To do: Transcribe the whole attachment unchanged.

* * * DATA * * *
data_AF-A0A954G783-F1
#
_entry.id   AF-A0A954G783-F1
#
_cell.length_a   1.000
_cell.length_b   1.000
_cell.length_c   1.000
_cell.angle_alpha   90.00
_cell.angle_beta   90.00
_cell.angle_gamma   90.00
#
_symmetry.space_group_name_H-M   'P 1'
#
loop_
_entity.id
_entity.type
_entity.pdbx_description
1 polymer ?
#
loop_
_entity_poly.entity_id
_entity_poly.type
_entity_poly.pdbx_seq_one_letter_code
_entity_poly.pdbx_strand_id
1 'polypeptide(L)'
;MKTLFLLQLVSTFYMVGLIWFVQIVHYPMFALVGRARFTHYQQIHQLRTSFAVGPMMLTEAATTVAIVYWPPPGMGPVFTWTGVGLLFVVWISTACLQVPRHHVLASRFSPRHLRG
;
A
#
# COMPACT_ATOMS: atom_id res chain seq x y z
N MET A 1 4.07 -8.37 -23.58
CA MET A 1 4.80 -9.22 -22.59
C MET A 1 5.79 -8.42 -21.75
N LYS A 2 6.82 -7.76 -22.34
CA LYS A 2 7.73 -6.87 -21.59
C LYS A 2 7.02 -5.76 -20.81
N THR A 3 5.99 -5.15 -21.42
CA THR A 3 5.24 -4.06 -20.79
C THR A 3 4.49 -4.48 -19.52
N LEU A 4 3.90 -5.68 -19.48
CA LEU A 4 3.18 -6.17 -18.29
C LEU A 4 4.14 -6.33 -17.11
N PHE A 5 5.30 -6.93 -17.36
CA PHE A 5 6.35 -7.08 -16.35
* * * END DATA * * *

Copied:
data_AF-A0A954G783-F1
#
_entry.id   AF-A0A954G783-F1
#
_cell.length_a   1.000
_cell.length_b   1.000
_cell.length_c   1.000
_cell.angle_alpha   90.00
_cell.angle_beta   90.00
_cell.angle_gamma   90.00
#
_symmetry.space_group_name_H-M   'P 1'
#
loop_
_entity.id
_entity.type
_entity.pdbx_description
1 polymer ?
#
loop_
_entity_poly.entity_id
_entity_poly.type
_entity_poly.pdbx_seq_one_letter_code
_entity_poly.pdbx_strand_id
1 'polypeptide(L)'
;MKTLFLLQLVSTFYMVGLIWFVQIVHYPMFALVGRARFTHYQQIHQLRTSFAVGPMMLTEAATTVAIVYWPPPGMGPVFTWTGVGLLFVVWISTACLQVPRHHVLASRFSPRHLRG
;
A
#
# COMPACT_ATOMS: atom_id res chain seq x y z
N MET A 1 4.07 -8.37 -23.58
CA MET A 1 4.80 -9.22 -22.59
C MET A 1 5.79 -8.42 -21.75
N LYS A 2 6.82 -7.76 -22.34
CA LYS A 2 7.73 -6.87 -21.59
C LYS A 2 7.02 -5.76 -20.81
N THR A 3 5.99 -5.15 -21.42
CA THR A 3 5.24 -4.06 -20.79
C THR A 3 4.49 -4.48 -19.52
N LEU A 4 3.90 -5.68 -19.48
CA LEU A 4 3.18 -6.17 -18.29
C LEU A 4 4.14 -6.33 -17.11
N PHE A 5 5.30 -6.93 -17.36
CA PHE A 5 6.35 -7.08 -16.35